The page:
"You and I were standing in the cold rain, Scully, surrounded by trees. It was so cold, and dark, and we were talking about time, how it was a universal element that could never be changed. We were dancing, in Memphis, and I twirled you around and pulled you back into my arms. You were so sick, so tiny in a hospital bed, and all I could do is hold your hand and cry."

As he spoke, he watched her. She paled, and then held onto his hand tighter, her eyes reflecting every emotion. She remembered these moments, too. They were real. They had shared something between them that was too perfect to be taken away.

"But I only remember a few things, Scully," he admitted, speaking the words he dreaded, the words he feared would cause her such pain. He knew they did for him. He tried, spending hours staring into the evening sky, watching the sunrise from his truck, gazing into a black cup of coffee, trying to remember more. He tried to put together memories a different life from what he lived, and was only rewarded by bits and pieces. But all of them, the few he could remember, were with Scully.

"I have tried, Scully, so damn hard. I have tried to remember a life as Mulder, with you. But all I can remember are these snapshots, memories that are so brief that they are gone in a flash. I nearly drove myself crazy." He thought about showing her his worn notebook, but then thought better of it. He picked it up that morning after he left the motel, and started writing, everything he thought, and everything he remembered. It was all too important to forget. "What else did you find out?" she asked. It was as if she was trying to process everything at once, and understood nothing.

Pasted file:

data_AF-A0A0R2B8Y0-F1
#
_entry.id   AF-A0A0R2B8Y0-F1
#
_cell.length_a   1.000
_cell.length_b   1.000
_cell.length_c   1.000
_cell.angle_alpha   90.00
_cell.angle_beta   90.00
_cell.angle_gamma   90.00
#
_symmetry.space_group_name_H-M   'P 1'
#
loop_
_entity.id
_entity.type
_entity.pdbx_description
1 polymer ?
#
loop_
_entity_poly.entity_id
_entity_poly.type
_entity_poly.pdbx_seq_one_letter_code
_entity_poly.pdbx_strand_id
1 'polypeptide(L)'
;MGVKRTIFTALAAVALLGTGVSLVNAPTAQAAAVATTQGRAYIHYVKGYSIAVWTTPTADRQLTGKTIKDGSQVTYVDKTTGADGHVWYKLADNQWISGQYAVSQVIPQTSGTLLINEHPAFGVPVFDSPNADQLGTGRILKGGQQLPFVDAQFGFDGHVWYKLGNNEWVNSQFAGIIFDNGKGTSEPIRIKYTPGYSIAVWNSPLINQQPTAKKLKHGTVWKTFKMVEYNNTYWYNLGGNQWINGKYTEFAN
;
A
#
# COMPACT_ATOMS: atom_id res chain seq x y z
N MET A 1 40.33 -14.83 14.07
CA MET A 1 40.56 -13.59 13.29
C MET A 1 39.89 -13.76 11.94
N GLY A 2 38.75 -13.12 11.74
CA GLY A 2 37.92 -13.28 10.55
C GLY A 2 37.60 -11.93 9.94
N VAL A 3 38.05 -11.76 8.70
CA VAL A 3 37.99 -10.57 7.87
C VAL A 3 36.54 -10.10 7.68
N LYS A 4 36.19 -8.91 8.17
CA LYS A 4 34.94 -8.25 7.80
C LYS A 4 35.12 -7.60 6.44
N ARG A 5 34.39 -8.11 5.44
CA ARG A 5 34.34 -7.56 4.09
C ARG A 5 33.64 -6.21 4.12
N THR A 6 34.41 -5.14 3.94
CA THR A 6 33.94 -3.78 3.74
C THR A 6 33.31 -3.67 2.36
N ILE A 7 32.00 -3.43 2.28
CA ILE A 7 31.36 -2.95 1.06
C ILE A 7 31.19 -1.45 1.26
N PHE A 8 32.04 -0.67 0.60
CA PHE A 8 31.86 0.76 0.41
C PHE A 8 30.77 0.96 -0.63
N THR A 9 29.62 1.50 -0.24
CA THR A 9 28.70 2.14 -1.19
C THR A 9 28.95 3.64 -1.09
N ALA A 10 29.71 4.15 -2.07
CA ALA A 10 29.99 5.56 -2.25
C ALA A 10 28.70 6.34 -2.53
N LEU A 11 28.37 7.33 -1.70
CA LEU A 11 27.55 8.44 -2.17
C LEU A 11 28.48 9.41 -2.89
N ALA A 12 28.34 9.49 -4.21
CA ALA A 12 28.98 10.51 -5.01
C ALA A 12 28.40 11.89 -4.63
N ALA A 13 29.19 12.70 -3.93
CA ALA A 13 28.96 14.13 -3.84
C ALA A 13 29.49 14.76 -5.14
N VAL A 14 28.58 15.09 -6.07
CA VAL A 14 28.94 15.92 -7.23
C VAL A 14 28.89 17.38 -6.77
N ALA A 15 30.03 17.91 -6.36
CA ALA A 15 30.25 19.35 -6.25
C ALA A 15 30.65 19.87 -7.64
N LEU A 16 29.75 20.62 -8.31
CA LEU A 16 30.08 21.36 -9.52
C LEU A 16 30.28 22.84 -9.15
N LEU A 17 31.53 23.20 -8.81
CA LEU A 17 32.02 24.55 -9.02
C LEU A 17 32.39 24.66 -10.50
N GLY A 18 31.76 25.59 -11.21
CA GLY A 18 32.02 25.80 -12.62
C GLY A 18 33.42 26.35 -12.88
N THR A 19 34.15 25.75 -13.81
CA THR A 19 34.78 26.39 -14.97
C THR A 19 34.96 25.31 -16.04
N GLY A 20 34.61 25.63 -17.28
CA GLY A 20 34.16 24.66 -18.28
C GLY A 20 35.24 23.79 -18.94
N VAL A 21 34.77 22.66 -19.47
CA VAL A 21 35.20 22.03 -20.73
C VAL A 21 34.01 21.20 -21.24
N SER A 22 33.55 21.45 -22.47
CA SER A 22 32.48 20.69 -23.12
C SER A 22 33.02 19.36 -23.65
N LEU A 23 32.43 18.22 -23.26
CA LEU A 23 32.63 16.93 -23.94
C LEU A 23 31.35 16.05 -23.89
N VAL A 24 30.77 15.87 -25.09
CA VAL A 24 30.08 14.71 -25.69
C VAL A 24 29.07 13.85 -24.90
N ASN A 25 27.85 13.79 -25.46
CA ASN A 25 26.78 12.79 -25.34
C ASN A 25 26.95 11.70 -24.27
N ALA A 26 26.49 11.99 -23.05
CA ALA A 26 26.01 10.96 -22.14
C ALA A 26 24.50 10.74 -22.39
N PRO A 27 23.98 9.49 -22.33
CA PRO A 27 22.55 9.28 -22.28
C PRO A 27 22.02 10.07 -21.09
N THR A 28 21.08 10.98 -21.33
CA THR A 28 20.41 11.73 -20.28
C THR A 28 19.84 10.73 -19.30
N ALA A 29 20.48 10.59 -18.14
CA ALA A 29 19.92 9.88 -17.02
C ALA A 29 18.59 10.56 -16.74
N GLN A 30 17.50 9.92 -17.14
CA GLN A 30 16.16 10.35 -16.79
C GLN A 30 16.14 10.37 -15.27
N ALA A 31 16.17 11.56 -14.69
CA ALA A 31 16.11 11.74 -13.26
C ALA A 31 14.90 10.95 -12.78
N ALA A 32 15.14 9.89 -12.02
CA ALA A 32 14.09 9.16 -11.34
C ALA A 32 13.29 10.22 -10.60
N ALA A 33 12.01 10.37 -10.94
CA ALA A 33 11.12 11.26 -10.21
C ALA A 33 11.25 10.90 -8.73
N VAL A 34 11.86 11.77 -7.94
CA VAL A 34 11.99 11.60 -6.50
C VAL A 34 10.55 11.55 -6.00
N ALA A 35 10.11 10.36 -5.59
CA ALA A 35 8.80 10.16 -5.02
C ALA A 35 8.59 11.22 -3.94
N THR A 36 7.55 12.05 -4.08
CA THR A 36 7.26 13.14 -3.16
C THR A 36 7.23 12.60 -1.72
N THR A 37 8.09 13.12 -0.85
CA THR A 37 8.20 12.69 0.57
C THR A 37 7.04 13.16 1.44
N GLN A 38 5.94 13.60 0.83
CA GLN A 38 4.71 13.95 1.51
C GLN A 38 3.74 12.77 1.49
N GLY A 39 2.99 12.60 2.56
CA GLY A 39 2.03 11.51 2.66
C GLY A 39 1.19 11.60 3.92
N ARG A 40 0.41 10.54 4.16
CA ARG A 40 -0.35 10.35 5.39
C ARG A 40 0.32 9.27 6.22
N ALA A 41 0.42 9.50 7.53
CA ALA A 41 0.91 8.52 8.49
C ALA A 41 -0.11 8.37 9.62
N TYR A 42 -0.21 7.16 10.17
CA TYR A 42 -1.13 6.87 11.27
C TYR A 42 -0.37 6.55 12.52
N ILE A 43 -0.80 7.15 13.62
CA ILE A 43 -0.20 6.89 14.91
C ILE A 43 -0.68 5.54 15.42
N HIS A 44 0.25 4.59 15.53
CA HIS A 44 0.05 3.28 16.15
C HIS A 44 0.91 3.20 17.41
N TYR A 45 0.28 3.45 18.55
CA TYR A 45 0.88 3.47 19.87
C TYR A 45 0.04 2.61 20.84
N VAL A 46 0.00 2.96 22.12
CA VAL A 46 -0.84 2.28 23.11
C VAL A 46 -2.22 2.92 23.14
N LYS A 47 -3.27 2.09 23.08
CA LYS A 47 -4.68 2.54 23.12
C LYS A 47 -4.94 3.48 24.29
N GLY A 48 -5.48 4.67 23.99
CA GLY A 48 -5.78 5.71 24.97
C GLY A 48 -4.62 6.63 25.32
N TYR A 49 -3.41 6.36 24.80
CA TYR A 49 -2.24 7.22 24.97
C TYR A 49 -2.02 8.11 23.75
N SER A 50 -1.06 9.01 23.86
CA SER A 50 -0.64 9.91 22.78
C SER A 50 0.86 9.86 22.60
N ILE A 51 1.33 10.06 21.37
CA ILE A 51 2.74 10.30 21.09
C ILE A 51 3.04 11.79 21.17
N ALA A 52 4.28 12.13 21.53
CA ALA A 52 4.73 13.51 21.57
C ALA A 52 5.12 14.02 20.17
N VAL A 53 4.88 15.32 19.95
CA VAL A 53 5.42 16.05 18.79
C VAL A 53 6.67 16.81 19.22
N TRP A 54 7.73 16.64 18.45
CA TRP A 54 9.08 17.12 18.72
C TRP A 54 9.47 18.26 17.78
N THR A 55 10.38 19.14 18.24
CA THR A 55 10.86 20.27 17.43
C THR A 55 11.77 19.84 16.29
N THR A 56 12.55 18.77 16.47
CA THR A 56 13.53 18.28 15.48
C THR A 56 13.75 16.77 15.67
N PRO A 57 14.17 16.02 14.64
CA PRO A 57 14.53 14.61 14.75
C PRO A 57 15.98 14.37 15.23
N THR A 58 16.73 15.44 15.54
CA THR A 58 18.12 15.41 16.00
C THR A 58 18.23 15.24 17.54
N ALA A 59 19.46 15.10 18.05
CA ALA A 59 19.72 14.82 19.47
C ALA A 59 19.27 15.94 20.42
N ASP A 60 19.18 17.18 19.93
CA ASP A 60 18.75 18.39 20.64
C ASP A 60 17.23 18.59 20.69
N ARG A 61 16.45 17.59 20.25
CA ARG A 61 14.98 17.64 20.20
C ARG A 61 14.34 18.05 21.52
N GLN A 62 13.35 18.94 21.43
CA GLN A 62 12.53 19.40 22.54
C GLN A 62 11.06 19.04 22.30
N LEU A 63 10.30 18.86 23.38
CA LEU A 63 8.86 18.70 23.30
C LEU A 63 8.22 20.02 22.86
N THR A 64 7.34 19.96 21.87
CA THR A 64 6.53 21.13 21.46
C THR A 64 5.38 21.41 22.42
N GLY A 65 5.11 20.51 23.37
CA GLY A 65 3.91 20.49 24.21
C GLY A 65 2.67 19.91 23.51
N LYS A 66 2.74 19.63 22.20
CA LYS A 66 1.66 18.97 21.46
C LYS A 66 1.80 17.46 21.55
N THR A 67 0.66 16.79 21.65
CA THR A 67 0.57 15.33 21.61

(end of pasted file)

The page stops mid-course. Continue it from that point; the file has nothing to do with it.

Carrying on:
He valiantly struggled ahead, wanting her to believe. "I went through the Wilkins' books after their son arrived, sorting through the records for him. Mr. Wilkins received several large payments about the time I started working there, from a company his son had never heard of before, a company here in DC. I did some checking, but couldn't trace down anything about them. The address doesn't exist. These payments continued until the week you arrived."

He thought he saw a passing expression of pain on her face. "I went back to my hometown, Scully, hoping to find some of the friends I had growing up. There were a few, one or two, and they seemed to remember me. But it was so damn long ago, that I don't know if they really did or were only humoring me. I tried to track down people I worked for recently, places I stayed before I ended up with the Wilkins."

She knew what he was telling her. "Let me guess," she said, for the first time speaking in the clear tone he recognized as belonging to her. "You couldn't find anyone."

He was surprised, that she didn't seem angry or hurt or defeated. He felt all of these things over the past weeks he was away from her, the weeks he spent searching for the truth, about Will Lyon and Mulder. "No," he confirmed, not sure what she wanted to hear.